3d-gaths-14000-13500-11000-13000
3D angle gathers. (a) at
CMPX=14000 m and CMPY=13500 m. (b) at CMPX=11000 m and CMPY=13000 m. Notice the strong
primaries above 5500 m depth in panel (a) and the strong multiple below 6000 m depth in
panel (b).
Figure 15. |
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In order to investigate the variation of the residual moveout of primaries and multiples with reflection azimuth, I plot in Figure 16 the angle gather at location CMPX=13000 m and CMPY=13000 m for aperture angles of 0, 5, 10, 15 and 20 degrees. At zero aperture angle (panel (a)), neither the primaries nor the multiples show any azimuth resolution. As the aperture angle increases, the primaries are focused to a relatively narrow range of azimuths (panel (e) above 5500 m) whereas the multiples are essentially scattered. Similarly, Figure 17 shows the same gathers but at location CMPX=14000 m and CMPY=14000 m. Again, notice the azimuth focusing of the weak primaries at the top (panel (e)) and the upswings of the multiple (panels (c), (d) and (e)). The lack of azimuth focusing of the multiples with increasing aperture angle is a consequence of the crossline dip and velocity lateral velocity variations that cause the multiple path to be very complex with no defined azimuth even for large aperture angle.

3d-az-13000-13000
3D angle gathers as a function of azimuth for aperture
angles of 0, 5, 10, 15 and 20 degrees (panels (a) through (e)). The gather is taken at
CMPX=13000 m and CMPY=13000 m.
Figure 16. |
---|

3d-az-11000-13000
3D angle gathers as a function of azimuth for aperture
angles of 0, 5, 10, 15 and 20 degrees (panels (a) through (e)). The gather is taken at
CMPX=11000 m and CMPY=13000 m.
Figure 17. |
---|

Finally, to investigate the variation of the residual moveout of the primaries and the multiples with aperture angle, Figures 18 and 17 show angle gathers at reflection azimuths of -40, -20, 0, 20, 40 at the same locations as Figures 16 and 19, respectively. Notice that in both figures the moveout of the primaries is flat at all the azimuths that illuminate the reflector whereas the multiple shows the expected over-migrated moveout. It is interesting to see that the multiple essentially disappears in panel (e) of Figure 18 indicating that it was not illuminated at that azimuth (at least not in the aperture range of 0 to 20 degrees). This is somewhat in contrast to the results for the synthetic data in Chapter that indicated that the multiple was illuminated with an azimuth range similar to that of the primary (compare the depth slices in panels (a) and (b) of Figure . This is not the case with this real data (compare the depth slices in panels (a) and (b) of Figure 15) for which the multiples seem to be illuminated preferentially at small aperture angles. A similar behavior is well known with 2D data.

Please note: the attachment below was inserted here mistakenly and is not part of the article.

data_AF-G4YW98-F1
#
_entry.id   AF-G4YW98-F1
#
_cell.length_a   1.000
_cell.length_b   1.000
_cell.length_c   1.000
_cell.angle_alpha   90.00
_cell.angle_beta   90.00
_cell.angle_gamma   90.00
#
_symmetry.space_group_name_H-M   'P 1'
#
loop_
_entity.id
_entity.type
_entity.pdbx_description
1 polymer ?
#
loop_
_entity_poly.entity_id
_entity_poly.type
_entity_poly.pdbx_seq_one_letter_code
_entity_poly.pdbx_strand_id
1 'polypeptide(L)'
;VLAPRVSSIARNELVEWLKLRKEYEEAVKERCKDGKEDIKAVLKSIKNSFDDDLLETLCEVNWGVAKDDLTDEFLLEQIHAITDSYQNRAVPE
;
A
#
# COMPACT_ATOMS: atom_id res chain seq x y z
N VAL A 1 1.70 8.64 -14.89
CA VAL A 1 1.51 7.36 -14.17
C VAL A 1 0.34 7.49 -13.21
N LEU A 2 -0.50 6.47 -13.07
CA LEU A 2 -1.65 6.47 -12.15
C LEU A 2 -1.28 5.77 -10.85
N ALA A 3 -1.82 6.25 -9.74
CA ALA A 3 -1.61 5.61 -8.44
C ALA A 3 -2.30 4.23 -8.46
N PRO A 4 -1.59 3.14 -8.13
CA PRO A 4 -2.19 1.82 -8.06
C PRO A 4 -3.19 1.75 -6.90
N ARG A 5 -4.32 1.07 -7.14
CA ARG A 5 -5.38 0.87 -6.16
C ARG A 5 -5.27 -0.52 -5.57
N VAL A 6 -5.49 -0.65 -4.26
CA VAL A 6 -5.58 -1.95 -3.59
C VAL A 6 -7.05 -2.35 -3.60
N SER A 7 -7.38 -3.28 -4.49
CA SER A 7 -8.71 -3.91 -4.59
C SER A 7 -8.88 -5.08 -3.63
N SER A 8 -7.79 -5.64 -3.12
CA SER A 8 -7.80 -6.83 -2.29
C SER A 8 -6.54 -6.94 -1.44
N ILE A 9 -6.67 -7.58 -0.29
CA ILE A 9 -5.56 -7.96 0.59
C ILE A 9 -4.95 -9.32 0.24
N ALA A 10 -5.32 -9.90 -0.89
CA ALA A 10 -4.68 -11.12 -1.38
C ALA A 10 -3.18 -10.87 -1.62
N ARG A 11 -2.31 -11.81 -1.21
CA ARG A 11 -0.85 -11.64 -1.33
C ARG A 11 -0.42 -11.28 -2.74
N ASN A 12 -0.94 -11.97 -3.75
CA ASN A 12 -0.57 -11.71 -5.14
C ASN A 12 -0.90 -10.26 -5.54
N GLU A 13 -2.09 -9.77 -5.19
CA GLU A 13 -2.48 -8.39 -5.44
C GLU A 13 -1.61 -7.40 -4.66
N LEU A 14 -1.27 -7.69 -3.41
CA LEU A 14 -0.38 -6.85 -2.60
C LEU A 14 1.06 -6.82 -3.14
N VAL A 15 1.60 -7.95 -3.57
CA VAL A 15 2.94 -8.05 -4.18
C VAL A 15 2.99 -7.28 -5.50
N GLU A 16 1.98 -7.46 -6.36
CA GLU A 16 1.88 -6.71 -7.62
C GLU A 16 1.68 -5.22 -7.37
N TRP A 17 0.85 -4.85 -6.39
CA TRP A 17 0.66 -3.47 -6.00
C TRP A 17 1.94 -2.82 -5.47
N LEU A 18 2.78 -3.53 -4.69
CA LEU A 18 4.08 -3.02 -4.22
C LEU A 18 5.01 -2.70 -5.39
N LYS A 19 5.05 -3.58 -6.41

3d-ap-13000-13000
3D angle gathers as a function of aperture angle for
reflection azimuths of -40, -20, 0, 20 and 40 degrees (panels (a) through (e)). The gather is
taken at CMPX=13000 m and CMPY=13000 m.
Figure 18. |
---|

3d-ap-11000-13000
3D angle gathers as a function of aperture angle for
reflection azimuths of -40, -20, 0, 20 and 40 degrees (panels (a) through (e)). The gather is
taken at CMPX=11000 m and CMPY=13000 m.
Figure 19. |
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2007-10-24